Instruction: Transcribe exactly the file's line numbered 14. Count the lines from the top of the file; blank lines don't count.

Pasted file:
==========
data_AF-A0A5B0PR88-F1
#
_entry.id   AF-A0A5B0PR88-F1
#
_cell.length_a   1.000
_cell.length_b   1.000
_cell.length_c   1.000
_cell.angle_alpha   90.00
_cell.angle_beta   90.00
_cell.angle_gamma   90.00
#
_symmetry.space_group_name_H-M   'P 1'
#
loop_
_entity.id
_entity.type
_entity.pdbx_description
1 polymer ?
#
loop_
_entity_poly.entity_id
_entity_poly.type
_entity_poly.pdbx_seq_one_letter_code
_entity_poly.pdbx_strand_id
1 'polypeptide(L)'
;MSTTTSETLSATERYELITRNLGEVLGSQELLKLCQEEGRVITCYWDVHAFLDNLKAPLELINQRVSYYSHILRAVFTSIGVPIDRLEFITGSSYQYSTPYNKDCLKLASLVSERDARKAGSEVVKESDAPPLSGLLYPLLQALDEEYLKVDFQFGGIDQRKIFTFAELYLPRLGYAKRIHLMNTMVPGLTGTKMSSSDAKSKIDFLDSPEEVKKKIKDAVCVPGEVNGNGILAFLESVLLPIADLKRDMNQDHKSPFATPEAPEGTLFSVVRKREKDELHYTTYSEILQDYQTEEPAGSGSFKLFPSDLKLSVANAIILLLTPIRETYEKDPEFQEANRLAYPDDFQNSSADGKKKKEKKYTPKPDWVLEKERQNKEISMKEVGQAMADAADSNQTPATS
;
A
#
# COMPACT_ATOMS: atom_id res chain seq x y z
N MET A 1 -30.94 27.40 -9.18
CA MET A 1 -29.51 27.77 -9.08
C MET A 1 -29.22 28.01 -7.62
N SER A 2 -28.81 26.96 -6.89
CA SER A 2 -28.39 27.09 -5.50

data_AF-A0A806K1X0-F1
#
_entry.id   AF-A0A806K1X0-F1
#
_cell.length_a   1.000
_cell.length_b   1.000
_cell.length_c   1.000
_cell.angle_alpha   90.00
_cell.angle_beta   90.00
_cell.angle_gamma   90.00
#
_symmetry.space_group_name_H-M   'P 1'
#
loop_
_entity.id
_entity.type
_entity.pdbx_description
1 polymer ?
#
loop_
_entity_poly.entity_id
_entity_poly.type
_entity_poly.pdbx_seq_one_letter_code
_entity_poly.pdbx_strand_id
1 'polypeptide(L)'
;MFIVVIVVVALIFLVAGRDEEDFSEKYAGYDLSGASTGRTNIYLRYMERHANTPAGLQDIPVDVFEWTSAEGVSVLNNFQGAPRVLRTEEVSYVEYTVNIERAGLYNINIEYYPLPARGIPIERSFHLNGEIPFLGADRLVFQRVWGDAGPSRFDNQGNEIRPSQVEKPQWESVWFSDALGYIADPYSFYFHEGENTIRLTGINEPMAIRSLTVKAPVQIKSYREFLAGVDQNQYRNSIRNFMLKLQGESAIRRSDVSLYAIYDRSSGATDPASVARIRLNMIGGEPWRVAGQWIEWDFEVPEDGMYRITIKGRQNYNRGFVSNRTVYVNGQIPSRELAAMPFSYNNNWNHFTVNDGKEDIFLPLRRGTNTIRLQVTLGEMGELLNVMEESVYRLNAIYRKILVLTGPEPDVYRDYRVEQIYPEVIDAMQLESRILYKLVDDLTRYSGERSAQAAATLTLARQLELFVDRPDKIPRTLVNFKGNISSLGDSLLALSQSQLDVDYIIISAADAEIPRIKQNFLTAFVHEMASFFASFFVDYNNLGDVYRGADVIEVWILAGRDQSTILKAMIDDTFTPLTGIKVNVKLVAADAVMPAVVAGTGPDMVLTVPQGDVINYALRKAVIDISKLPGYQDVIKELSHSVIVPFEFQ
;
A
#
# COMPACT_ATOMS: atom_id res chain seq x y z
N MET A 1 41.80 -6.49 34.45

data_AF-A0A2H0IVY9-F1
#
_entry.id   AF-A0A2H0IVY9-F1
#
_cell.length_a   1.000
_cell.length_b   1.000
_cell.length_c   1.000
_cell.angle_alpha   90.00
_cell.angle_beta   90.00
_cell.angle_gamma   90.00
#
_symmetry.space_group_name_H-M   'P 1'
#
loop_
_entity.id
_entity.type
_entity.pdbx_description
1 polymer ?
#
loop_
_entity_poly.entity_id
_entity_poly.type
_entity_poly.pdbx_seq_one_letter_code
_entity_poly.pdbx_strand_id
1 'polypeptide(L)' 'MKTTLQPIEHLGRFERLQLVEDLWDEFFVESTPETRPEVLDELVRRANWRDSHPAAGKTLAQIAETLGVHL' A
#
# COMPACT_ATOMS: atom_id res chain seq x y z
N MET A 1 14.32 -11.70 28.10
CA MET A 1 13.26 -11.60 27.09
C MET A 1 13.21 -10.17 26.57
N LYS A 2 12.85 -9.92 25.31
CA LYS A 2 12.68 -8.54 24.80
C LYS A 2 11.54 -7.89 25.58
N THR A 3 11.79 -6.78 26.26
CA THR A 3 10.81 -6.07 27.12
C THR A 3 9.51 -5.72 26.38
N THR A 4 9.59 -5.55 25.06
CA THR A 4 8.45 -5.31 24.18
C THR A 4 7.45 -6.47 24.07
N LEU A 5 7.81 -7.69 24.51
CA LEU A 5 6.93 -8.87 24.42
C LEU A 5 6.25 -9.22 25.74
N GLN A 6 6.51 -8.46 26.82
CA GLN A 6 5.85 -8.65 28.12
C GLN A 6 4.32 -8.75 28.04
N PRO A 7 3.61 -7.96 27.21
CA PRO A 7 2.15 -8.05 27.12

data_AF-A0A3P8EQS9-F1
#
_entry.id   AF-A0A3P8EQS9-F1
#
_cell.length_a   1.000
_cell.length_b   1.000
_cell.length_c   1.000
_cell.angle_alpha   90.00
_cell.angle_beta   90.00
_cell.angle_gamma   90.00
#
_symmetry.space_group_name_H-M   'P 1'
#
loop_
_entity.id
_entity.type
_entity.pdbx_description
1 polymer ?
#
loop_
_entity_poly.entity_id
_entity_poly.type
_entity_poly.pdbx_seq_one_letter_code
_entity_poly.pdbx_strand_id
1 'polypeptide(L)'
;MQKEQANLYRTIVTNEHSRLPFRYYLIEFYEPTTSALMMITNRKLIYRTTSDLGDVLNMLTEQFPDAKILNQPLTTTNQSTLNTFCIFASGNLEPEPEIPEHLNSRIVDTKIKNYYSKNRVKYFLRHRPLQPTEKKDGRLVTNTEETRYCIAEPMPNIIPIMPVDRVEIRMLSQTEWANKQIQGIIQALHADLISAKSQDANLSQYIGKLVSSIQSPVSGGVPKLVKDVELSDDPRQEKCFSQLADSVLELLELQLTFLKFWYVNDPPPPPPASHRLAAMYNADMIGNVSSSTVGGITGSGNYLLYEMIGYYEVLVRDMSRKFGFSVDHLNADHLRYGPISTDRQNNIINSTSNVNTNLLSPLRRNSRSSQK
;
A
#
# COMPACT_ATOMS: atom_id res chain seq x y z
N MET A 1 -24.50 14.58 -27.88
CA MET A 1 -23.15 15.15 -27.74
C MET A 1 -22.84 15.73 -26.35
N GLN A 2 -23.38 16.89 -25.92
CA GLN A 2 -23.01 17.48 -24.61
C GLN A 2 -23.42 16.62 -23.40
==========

loop_